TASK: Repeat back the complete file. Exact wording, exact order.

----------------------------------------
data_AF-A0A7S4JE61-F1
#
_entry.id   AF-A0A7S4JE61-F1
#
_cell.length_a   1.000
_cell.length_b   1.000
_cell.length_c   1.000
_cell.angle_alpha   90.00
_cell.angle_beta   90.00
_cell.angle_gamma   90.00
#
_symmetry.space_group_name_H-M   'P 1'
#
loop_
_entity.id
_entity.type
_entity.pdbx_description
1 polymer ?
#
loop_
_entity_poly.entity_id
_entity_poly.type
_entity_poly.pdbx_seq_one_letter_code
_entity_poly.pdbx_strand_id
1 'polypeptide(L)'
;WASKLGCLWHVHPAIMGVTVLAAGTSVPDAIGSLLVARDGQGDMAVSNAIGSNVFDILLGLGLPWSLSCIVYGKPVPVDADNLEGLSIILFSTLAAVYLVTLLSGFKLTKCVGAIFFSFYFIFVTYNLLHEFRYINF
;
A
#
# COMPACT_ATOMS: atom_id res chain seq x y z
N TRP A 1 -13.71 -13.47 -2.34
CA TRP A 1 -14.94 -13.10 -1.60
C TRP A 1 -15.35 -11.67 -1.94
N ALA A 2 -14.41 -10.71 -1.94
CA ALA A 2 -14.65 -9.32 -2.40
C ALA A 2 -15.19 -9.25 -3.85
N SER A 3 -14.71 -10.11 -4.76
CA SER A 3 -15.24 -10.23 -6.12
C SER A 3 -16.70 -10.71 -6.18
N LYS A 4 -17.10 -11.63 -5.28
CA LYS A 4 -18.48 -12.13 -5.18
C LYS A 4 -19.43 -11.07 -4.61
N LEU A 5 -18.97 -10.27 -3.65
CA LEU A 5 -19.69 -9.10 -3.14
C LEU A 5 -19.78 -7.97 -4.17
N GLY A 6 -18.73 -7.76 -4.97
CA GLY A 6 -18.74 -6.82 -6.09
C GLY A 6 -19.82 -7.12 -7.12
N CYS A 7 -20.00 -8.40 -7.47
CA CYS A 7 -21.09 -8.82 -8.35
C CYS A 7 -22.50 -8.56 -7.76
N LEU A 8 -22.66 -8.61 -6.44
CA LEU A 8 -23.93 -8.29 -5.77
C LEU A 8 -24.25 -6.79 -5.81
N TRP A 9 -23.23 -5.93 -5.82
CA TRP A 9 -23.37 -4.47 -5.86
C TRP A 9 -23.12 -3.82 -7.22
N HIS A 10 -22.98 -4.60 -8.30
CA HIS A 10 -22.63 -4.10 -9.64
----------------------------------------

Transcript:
data_AF-A0A7S4JE61-F1
#
_entry.id   AF-A0A7S4JE61-F1
#
_cell.length_a   1.000
_cell.length_b   1.000
_cell.length_c   1.000
_cell.angle_alpha   90.00
_cell.angle_beta   90.00
_cell.angle_gamma   90.00
#
_symmetry.space_group_name_H-M   'P 1'
#
loop_
_entity.id
_entity.type
_entity.pdbx_description
1 polymer ?
#
loop_
_entity_poly.entity_id
_entity_poly.type
_entity_poly.pdbx_seq_one_letter_code
_entity_poly.pdbx_strand_id
1 'polypeptide(L)'
;WASKLGCLWHVHPAIMGVTVLAAGTSVPDAIGSLLVARDGQGDMAVSNAIGSNVFDILLGLGLPWSLSCIVYGKPVPVDADNLEGLSIILFSTLAAVYLVTLLSGFKLTKCVGAIFFSFYFIFVTYNLLHEFRYINF
;
A
#
# COMPACT_ATOMS: atom_id res chain seq x y z
N TRP A 1 -13.71 -13.47 -2.34
CA TRP A 1 -14.94 -13.10 -1.60
C TRP A 1 -15.35 -11.67 -1.94
N ALA A 2 -14.41 -10.71 -1.94
CA ALA A 2 -14.65 -9.32 -2.40
C ALA A 2 -15.19 -9.25 -3.85
N SER A 3 -14.71 -10.11 -4.76
CA SER A 3 -15.24 -10.23 -6.12
C SER A 3 -16.70 -10.71 -6.18
N LYS A 4 -17.10 -11.63 -5.28
CA LYS A 4 -18.48 -12.13 -5.18
C LYS A 4 -19.43 -11.07 -4.61
N LEU A 5 -18.97 -10.27 -3.65
CA LEU A 5 -19.69 -9.10 -3.14
C LEU A 5 -19.78 -7.97 -4.17
N GLY A 6 -18.73 -7.76 -4.97
CA GLY A 6 -18.74 -6.82 -6.09
C GLY A 6 -19.82 -7.12 -7.12
N CYS A 7 -20.00 -8.40 -7.47
CA CYS A 7 -21.09 -8.82 -8.35
C CYS A 7 -22.50 -8.56 -7.76
N LEU A 8 -22.66 -8.61 -6.44
CA LEU A 8 -23.93 -8.29 -5.77
C LEU A 8 -24.25 -6.79 -5.81
N TRP A 9 -23.23 -5.93 -5.82
CA TRP A 9 -23.37 -4.47 -5.86
C TRP A 9 -23.12 -3.82 -7.22
N HIS A 10 -22.98 -4.60 -8.30
CA HIS A 10 -22.63 -4.10 -9.64